Originally Posted by Solonng
umm, u guys do know that in order to generate electric, you must use oil right?? so how is driving a volt reduces oil consumption?
I am not a Volt fanboy, but let me correct this:
- Electricity comes from these main sources, and the mix varies by region: coal, natural gas, nuclear, hydroelectric, wind, other renewables
Essentially zero oil is used for electricity generation. So lighter components of oil may go to make a small amount of natural gas, but that is typically used on-site by refineries and petrochem businesses. Hydrocarbons (coal, nat gas) do make up a large portion of the US energy production. But you are not competing with oil, which is what we are very dependent on from an import basis... we have lots of natural gas and coal in the US.
Centralized production will always be more efficient than an IC engine in a car because it can and is specifically designed to run optimally all the time.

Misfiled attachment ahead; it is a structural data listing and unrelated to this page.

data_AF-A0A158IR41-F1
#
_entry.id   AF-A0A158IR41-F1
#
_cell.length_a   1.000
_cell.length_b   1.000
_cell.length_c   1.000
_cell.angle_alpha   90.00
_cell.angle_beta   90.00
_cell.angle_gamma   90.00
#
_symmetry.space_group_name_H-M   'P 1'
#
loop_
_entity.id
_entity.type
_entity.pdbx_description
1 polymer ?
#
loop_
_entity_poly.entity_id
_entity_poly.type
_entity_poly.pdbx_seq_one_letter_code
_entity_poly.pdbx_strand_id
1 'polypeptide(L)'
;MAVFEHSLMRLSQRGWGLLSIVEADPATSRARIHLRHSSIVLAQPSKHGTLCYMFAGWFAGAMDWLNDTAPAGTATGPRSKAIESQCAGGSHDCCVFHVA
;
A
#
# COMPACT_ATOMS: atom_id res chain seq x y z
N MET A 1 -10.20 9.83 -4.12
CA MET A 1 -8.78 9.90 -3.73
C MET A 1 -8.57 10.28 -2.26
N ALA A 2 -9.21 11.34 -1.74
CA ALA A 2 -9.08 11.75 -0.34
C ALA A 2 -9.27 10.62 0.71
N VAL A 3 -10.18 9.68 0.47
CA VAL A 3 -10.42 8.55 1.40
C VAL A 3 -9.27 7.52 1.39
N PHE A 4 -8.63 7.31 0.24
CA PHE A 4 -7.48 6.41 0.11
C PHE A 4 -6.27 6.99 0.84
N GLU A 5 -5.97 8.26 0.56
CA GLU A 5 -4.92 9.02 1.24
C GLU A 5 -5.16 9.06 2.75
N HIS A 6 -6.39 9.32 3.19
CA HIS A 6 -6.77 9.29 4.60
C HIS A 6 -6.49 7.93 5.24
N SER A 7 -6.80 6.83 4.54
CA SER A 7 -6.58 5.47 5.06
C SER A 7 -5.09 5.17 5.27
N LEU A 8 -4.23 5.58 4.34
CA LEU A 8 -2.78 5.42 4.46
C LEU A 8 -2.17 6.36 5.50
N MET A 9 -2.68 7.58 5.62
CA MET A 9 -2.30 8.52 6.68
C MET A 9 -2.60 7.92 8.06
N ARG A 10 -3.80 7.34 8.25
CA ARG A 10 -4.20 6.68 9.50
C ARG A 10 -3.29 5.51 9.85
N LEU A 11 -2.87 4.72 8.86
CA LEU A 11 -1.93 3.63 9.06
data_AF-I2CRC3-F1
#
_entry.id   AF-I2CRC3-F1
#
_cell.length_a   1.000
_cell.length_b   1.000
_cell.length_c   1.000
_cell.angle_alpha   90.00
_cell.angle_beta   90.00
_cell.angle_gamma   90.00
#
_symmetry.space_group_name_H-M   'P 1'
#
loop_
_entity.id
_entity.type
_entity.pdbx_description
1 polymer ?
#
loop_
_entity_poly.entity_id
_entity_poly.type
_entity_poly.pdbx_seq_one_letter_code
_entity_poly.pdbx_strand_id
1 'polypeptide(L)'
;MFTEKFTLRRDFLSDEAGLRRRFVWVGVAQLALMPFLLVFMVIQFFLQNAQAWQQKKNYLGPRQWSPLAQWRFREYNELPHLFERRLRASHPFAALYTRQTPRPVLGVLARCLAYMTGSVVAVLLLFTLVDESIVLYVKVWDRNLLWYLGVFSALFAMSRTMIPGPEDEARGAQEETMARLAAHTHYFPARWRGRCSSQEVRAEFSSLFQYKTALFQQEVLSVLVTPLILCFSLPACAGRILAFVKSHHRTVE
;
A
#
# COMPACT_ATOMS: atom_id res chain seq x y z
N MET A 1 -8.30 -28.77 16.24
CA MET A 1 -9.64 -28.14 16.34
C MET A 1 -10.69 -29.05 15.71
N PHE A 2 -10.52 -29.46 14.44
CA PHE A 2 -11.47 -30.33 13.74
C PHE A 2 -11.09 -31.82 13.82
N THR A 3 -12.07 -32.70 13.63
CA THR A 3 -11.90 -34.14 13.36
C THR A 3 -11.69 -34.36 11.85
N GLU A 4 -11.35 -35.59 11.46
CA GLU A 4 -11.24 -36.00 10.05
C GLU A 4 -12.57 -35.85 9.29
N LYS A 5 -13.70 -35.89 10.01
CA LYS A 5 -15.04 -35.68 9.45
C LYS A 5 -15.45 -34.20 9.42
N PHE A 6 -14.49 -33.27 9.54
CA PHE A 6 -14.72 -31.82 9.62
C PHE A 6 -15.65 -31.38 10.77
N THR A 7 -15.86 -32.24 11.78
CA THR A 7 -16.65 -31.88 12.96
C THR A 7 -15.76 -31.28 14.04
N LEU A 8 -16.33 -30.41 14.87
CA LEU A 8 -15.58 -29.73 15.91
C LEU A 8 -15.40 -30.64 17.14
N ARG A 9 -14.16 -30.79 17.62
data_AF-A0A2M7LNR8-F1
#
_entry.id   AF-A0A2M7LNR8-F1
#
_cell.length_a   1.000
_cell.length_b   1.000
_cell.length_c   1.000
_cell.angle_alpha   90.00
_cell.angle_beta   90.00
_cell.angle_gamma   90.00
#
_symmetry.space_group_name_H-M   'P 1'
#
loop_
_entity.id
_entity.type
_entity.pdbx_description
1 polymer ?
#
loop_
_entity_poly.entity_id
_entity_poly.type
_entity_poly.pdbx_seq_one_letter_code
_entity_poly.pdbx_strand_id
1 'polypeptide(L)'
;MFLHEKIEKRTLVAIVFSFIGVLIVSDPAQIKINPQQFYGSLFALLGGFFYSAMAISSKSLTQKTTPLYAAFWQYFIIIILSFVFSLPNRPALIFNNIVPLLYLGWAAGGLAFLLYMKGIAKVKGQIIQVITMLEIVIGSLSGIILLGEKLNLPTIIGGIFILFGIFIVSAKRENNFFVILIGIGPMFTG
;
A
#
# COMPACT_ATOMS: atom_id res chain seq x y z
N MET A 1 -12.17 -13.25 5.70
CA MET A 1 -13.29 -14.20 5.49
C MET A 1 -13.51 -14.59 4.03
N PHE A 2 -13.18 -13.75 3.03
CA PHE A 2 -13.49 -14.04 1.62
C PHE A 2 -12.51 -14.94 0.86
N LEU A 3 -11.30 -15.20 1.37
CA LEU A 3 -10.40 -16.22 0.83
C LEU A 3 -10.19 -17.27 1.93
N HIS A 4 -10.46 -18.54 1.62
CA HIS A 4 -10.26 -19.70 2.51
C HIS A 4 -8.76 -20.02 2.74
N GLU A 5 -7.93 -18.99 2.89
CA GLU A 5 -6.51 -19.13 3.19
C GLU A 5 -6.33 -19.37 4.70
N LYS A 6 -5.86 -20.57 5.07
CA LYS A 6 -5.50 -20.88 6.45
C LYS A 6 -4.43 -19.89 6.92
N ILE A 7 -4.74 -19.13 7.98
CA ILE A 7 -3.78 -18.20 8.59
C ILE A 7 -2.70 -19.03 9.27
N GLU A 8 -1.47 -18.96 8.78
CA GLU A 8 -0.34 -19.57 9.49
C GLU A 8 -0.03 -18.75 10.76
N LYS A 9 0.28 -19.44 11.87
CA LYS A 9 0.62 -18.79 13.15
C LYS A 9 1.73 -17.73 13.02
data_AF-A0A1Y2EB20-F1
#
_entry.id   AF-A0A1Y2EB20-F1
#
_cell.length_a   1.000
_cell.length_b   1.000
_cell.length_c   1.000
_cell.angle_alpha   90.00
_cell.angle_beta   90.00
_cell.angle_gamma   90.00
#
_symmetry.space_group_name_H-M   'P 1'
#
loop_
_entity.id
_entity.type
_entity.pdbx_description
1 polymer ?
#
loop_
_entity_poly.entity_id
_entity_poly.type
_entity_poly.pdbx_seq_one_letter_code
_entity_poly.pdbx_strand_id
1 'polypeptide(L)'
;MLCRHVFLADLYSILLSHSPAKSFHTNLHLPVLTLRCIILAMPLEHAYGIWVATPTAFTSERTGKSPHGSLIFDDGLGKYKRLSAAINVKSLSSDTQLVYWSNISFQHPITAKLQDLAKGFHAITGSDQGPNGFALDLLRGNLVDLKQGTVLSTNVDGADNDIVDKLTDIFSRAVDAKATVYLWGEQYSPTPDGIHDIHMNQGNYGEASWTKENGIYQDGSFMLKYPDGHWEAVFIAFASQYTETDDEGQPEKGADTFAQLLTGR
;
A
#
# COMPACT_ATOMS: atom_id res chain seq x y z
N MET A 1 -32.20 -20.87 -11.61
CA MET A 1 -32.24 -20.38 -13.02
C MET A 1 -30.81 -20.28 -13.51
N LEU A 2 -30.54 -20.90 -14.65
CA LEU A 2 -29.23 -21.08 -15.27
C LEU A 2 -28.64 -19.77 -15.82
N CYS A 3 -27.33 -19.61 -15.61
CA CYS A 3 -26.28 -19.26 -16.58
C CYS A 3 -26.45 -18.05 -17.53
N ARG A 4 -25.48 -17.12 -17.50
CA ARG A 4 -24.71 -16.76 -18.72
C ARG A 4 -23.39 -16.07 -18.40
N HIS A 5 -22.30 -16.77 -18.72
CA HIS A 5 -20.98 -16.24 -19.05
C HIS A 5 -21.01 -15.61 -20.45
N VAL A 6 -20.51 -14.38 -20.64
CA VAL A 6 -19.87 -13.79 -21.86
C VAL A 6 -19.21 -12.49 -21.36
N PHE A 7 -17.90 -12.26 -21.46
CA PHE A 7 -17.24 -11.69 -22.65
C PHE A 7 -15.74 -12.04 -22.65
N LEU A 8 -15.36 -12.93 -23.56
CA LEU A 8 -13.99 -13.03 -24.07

- car engine average efficiency is ~20%
- combined cycle plants are 50-60%
- coal power plants are ~33%
- co-genenation plants have the potential to be up to 80%
On a pure fossil fuel-to-road efficiency, it's hard for engines to compete with grid power, even with transmission losses.
You can certainly debate the benefits when considering a complete life-cycle analysis, but this is really quite difficult to do accurately. From a CO2 perspective, it is not entirely clear either unless you can do CO2 capture at the power plants, then electricity can be much better from a CO2 perspective.